The Big Bad Blogosphere
Mistakes were made: I would like to thank the Riverfront Times for entrusting me with the title, the responsibility and the honor of being Mr. Local Blog o' the Week [Unreal, November 30]. I hope I brought great honor, glad tidings and due diligence to the post, and I have worn my Badge of Shame proudly. I feel I have been poked by Fate's Fickle Finger of Destiny and showered with blessings by the RFT staff who saw it fitting to bestow upon me, a humble okra distributor, the most coveted (it is too damn far to the spellchecker for me to turn back now) of all literary prizes, the Blog o' the Week.
People stop me on the street day in and day out and say to me, "Hey! You're that Blog o' the Week guy!" And I say, "Yeah." And they say, "You suck!" But I think they merely misunderstand the great honor of being one of 52 people a year to be dubbed Sir Blog o' the Week. I mean sure, they only gave out six Nobels this year, but how many people do you know who are currently working for peace? Exactly. Peace is overrated, but blogs? Well, at last count by the National Council for the Self-Absorbed there were approximately 2.64 billion active bloggers in north county alone. And let me tell you, it's not the peacemakers who are making a difference, it's the bloggers.
From sea to shining sea, this proud nation is standing together and bitching about Iraq and Merry Christmas and various and sundry things (Okay, I admit it, I had to look that one up. But only because I thought "sundry things" referred to underpants; but I digress.) And I, Kelly Houlihan, for one brief shining moment in the sun, stood at the head of our furious phalanx of common philosophers, staring into the bright, hot, incandescent spotlight owed to one of such great, marvelous magnitude and, um, things.
Thank you, Unreal, for taking the time to read all 2,563 entries (including bibliography, footnotes and special introduction by Hervé Villechaize and Ricardo Montalban) and I trust you enjoyed the basket of waffles I sent. And thank you to my darling soon-to-be fiancée, Veronica, whose love, support and nourishment I could not do without. And her breasts. And finally, I'd like to thank the 93,000 people who visited Seven Levels (www.opendiary.com/entrylist.asp?authorcode=D294805 ) for the first time last week. And thank you for visiting the Seven Levels Gift Shop, where we stock all the most stylin' T-shirts, mugs and hip waders embroidered with the unmistakable Seven Levels logo and dipped in molten platinum for that futuristic look the kids love.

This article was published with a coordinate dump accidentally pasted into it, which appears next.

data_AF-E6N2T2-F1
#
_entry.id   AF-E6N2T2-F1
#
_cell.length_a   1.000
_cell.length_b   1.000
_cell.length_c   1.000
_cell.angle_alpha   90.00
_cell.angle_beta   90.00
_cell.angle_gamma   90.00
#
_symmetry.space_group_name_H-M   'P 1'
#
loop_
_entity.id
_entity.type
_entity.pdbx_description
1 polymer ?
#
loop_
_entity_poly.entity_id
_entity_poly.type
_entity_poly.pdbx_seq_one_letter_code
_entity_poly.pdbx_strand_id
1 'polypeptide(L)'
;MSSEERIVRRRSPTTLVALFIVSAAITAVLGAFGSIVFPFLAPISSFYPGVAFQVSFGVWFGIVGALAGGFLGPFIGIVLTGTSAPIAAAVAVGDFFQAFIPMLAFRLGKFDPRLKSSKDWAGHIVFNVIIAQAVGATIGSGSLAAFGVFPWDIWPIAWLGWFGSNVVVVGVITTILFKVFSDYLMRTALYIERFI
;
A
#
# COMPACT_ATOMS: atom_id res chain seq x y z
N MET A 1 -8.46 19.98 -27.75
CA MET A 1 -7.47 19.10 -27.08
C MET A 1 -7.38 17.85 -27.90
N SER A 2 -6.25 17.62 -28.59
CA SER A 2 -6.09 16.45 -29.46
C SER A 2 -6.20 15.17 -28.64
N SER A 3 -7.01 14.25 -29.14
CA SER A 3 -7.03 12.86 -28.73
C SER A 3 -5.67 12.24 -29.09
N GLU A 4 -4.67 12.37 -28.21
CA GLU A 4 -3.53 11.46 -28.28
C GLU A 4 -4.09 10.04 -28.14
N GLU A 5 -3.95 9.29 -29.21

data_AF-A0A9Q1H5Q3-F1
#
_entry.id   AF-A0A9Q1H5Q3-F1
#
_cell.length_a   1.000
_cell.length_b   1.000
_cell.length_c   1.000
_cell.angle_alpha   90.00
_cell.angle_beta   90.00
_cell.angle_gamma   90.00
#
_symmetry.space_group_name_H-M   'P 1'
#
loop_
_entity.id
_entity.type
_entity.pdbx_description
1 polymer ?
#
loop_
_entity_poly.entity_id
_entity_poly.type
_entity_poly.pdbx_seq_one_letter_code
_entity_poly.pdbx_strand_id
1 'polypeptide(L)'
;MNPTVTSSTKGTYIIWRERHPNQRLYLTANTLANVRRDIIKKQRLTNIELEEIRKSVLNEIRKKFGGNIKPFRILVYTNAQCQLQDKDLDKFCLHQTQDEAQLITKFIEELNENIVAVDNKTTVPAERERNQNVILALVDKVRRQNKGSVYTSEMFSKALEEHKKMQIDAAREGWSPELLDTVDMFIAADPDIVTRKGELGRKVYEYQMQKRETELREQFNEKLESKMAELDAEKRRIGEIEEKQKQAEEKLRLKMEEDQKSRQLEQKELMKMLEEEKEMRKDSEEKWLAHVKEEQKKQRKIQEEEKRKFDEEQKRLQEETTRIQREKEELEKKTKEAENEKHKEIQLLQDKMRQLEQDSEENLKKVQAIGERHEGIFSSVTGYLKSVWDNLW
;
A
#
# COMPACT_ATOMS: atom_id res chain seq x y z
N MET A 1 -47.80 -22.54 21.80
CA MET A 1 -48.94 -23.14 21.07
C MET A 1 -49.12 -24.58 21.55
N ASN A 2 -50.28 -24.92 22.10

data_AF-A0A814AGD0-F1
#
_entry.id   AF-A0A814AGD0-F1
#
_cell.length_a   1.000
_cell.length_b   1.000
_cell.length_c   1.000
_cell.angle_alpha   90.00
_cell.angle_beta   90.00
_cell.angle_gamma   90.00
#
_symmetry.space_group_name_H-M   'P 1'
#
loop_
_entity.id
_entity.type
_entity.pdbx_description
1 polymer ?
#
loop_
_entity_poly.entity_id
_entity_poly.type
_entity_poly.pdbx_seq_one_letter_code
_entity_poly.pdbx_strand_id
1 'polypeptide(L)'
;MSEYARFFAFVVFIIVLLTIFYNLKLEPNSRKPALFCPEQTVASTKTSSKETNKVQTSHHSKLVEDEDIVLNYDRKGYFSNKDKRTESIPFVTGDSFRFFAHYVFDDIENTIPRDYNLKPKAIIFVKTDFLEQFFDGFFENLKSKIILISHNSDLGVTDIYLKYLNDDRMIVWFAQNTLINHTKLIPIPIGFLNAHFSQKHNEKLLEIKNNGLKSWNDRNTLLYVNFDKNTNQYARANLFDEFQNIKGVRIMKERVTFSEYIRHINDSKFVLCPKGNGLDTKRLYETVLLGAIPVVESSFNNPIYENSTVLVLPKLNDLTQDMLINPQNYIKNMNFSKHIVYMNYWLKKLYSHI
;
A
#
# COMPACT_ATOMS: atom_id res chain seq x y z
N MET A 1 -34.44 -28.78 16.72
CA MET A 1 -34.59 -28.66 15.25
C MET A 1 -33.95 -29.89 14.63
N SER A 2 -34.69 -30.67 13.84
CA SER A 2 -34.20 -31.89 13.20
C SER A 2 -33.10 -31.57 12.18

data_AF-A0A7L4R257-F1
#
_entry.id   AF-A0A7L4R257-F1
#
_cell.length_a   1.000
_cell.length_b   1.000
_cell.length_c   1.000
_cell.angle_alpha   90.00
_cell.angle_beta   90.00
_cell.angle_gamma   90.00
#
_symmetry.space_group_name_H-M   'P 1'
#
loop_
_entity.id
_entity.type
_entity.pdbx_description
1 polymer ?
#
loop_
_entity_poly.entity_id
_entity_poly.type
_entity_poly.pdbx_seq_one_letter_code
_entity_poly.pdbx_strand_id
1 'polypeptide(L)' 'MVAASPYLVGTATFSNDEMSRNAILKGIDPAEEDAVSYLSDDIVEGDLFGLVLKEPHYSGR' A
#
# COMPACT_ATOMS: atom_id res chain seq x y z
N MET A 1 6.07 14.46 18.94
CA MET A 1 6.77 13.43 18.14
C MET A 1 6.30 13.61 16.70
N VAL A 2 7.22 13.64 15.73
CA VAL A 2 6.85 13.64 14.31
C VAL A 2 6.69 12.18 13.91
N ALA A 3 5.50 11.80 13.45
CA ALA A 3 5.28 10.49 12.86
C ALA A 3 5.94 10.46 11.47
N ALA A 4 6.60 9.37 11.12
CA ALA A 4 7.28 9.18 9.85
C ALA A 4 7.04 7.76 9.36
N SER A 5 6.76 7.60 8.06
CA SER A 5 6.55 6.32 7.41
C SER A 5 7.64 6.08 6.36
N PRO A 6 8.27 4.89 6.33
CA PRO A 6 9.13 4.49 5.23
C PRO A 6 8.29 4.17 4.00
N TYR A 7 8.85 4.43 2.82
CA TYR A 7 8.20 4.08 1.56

What's up with MetroLink's hours? Great piece by Randall Roberts on the Landing ["Laclede's Lament," November 23]. It would seem that several people in the decision-making areas of the district have their collective heads up their asses when it comes right down to it. Another thing that strikes me as a huge drawback to getting locals down to the Landing is MetroLink. Recently I went to a concert at Mississippi Nights with my girlfriend. We both live close to U. City, so we hopped the train at Delmar and took it to the Landing. When the show was over, we headed back to the Eads Bridge for the return ride home. We were standing there for about 20 minutes before we realized that no trains had come through. We checked the schedule and sure enough, the last westbound train runs at 11:49 p.m.
What's that about? If you want people to come down to the Landing who are native St. Louisans and not just the tourists, there has to be decent, reliable public transportation. With most of the bars open until 3 a.m., what's the point in having trains stopping before midnight? We ended up taking a cab home that cost us $35. We chose not to drive down there simply for the hassle one encounters trying to get into the district, as well as the exorbitant price of parking, as well as the cobblestone streets. (Sure, they may seem quaint, but they're hell to drive on.)
As one who thinks public transit is vital to any revitalization efforts in any part of the city, I think Metro may bear a responsibility in helping get the Landing back on its feet. Other than that omission from your story, I think you very nicely explored the reasons that the Landing is floundering.
Tyson Blanquart, managing director
The NonProphet Theater Co.
Feel the love: Just wanted to congratulate Randall Roberts on a fabulous piece on Laclede's Landing. I've long wondered what the history of the place was, why it's so disappointing as a destination and what the future will hold for it, especially after the new casino gets up and running.
You did a fantastic job of mixing in local color, history, politics, societal issues. Really a compelling bit of writing. That's it. Kudos!
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